THE PRESIDENCY: Legend

¶Into Lake Superior fled a deer. At it Winnebijou flung stones. Stones missed deer, but up sprang some islands, which centuries later White Man named Apostle Islands. The President was said to have discussed, last week, with Mrs. Coolidge the pros and cons of visiting the scene of this Chippewa legend.¶With newsmen, the President’s only weighty discussion concerned the Kellogg multilateral treaty. While no longer permitting newsmen to speak of him as a mere “spokesman” for himself, the President still refuses to be quoted directly, thus making it easier for him to deny anything which newsmen might have thought they heard him say. Nonetheless, the ablest newsmen of the U. S. last week were certain they understood Mr. Coolidge’s views on the treaty. This is what the President thinks: the treaty is good, but does not in any sense whatsoever constitute any reason whatsoever for the curtailment of U. S. arms in any degree or respect whatsoever. U. S. soldiers, sailors, marines, guns, battleships, mules, rifles, submarines, forts, gas, are purely defensive. The Kellogg treaty in no way invades a nation’s right to defend itself or to prepare to defend itself as much as it may please. “Big Navy” men were relieved. British newspapers expressed more hotly than ever their belief that the treaty was conceived in partisan politics and baptised with U. S. hypocrisy.¶Mrs. Coolidge shopped in Superior for a pair of bedroom slippers. One of her red ones had been chewed up by Rob Roy.* That old collie had inadvertently been left in the Brule bedroom while the Coolidge family watched a cinema on the dining room porch. Mrs. Coolidge, kind, told reporters how she had later caught Rob Roy under the bed, but had lacked the heart to chastise him with the un-chewed red slipper.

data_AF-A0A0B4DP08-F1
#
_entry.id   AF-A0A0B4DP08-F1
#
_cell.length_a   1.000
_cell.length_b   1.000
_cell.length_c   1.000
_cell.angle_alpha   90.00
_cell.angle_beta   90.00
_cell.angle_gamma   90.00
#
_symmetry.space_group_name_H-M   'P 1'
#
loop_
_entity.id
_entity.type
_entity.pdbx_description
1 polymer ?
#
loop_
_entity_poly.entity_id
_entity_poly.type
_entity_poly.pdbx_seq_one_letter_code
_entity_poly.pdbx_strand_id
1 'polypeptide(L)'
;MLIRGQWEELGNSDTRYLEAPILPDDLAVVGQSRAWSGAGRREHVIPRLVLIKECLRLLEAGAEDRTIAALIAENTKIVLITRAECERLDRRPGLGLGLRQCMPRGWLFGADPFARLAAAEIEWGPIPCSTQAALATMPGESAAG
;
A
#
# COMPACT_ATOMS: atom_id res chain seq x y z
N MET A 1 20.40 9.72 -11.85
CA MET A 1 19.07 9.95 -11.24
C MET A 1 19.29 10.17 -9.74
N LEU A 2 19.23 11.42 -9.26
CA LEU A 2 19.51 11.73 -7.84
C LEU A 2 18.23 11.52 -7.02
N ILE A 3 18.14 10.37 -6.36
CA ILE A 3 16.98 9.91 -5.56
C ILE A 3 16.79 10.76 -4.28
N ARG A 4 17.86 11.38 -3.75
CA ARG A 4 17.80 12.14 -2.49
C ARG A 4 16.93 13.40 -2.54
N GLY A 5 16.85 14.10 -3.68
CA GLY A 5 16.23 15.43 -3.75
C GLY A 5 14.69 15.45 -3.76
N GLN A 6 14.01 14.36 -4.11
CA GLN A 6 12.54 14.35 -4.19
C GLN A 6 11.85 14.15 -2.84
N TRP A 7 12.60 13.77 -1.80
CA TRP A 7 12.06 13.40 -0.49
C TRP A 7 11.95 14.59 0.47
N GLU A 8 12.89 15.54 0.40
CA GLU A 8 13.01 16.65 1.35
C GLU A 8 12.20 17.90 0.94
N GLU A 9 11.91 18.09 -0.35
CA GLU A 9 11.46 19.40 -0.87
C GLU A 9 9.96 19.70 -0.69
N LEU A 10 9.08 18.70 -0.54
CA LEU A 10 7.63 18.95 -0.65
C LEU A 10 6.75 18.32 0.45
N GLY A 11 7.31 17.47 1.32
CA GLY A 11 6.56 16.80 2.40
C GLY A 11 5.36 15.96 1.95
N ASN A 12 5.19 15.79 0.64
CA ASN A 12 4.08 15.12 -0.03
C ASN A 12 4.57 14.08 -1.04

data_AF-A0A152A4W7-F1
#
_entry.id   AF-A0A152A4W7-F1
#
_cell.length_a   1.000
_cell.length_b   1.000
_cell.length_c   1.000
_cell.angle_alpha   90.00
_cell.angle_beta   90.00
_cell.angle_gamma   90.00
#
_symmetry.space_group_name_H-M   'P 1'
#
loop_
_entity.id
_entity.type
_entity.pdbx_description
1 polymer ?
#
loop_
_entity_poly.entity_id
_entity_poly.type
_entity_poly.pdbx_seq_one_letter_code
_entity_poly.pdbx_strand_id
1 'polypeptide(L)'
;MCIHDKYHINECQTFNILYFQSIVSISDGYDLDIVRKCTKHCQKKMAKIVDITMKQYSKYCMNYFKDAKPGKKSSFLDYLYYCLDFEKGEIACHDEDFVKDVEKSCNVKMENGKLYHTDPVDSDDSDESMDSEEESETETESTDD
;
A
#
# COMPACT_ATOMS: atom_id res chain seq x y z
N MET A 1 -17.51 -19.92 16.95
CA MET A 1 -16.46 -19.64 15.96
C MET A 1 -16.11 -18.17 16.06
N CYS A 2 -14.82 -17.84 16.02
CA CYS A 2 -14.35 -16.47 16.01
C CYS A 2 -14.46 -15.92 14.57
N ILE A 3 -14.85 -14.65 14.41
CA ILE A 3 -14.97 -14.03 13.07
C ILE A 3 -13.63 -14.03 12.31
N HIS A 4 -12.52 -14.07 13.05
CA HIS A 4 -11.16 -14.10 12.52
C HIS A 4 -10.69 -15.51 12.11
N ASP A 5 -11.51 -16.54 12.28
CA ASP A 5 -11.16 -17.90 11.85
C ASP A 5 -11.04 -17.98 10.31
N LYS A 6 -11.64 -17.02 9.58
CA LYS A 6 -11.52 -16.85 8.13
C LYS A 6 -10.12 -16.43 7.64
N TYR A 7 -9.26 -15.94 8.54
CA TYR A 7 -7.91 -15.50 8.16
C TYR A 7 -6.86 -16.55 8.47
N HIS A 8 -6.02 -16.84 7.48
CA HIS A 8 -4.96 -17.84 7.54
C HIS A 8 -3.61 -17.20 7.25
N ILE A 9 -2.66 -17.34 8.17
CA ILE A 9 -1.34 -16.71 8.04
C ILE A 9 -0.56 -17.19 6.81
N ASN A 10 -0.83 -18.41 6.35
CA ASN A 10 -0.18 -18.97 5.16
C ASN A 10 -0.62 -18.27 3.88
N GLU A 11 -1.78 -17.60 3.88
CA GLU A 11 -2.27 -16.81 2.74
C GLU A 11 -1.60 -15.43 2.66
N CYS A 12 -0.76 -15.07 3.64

* A month ago Columnist Heywood Broun summed up his political emotion in the sentence: “Anything to get that collie out of the White House.”

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